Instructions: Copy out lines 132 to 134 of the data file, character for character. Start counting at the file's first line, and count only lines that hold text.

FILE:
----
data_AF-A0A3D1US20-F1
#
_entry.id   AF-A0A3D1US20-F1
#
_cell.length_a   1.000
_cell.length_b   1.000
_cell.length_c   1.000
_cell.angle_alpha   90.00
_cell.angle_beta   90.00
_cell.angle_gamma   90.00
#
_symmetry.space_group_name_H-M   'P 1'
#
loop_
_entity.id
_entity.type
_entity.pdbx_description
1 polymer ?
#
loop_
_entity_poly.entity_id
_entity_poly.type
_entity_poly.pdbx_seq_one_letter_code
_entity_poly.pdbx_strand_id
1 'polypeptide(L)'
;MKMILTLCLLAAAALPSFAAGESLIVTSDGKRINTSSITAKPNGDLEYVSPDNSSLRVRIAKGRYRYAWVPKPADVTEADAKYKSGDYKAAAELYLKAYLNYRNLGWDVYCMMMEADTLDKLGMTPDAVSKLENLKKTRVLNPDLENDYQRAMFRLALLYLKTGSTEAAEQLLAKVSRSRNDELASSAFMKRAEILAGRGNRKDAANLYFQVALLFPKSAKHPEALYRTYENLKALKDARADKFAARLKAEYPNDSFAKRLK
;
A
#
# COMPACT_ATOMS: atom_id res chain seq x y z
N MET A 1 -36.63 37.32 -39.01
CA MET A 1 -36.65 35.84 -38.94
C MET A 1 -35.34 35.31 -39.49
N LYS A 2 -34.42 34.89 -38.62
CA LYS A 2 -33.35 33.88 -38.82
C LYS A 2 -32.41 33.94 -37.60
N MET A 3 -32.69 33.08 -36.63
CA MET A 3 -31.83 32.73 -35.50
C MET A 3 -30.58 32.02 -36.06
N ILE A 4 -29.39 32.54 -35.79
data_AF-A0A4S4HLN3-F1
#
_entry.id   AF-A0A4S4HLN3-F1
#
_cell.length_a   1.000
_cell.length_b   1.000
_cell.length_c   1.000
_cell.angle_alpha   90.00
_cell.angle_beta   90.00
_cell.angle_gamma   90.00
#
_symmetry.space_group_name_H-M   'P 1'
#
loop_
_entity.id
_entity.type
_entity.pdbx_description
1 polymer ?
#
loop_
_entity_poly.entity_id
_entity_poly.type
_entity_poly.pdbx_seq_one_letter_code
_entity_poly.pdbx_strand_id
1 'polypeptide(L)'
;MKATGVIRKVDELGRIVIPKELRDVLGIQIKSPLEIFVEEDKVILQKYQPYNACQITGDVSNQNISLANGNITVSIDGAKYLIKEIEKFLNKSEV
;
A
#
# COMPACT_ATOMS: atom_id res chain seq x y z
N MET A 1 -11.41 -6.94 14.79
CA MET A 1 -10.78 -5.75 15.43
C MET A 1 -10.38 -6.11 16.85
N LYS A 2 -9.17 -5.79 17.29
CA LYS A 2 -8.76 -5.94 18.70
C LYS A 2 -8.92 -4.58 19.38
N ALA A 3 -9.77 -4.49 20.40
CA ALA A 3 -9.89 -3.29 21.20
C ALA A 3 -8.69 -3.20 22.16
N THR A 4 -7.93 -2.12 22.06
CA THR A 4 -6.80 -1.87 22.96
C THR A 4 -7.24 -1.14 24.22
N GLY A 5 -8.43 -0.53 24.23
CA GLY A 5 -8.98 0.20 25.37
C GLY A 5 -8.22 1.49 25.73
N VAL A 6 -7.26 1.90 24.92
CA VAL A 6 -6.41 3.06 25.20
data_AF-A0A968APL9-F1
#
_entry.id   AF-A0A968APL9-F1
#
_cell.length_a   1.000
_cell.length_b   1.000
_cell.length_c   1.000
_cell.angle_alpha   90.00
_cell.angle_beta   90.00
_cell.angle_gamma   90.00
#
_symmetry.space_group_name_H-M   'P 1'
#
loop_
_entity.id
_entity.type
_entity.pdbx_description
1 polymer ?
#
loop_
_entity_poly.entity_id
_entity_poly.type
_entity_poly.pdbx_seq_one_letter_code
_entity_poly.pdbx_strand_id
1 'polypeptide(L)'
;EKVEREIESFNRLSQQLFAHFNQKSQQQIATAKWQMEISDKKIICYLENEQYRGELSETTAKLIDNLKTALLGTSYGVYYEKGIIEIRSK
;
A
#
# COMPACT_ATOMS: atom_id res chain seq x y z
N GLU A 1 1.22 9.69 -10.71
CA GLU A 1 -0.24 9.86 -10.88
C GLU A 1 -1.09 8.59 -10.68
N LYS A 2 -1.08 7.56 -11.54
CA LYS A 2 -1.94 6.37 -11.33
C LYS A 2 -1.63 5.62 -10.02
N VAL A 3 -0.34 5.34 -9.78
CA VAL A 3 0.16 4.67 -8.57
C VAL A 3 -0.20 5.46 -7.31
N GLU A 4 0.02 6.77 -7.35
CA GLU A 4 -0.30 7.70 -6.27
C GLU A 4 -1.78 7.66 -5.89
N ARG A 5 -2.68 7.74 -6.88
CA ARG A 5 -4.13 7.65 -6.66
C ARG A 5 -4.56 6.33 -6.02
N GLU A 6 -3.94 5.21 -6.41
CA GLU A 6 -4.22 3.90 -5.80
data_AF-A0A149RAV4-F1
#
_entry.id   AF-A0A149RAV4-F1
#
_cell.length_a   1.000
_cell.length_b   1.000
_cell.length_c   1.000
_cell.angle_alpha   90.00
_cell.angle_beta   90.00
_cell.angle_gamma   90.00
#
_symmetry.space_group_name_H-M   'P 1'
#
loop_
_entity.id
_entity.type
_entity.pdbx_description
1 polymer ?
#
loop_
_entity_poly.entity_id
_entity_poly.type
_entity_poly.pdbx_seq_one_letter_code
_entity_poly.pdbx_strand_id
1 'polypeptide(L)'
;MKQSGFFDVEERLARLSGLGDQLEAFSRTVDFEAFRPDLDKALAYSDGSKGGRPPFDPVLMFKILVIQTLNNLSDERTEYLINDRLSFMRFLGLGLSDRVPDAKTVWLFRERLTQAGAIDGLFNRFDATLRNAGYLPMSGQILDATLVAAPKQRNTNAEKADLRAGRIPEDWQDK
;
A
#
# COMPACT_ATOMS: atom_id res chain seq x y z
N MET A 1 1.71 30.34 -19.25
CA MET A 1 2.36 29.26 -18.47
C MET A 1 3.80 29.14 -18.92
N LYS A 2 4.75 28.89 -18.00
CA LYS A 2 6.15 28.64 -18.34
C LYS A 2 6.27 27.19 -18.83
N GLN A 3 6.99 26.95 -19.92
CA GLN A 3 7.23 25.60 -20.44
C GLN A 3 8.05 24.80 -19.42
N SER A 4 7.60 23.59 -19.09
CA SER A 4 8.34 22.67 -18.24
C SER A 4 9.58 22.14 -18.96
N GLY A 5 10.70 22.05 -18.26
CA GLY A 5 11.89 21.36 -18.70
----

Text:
C ARG A 5 -4.56 6.33 -6.02
N GLU A 6 -3.94 5.21 -6.41
CA GLU A 6 -4.22 3.90 -5.80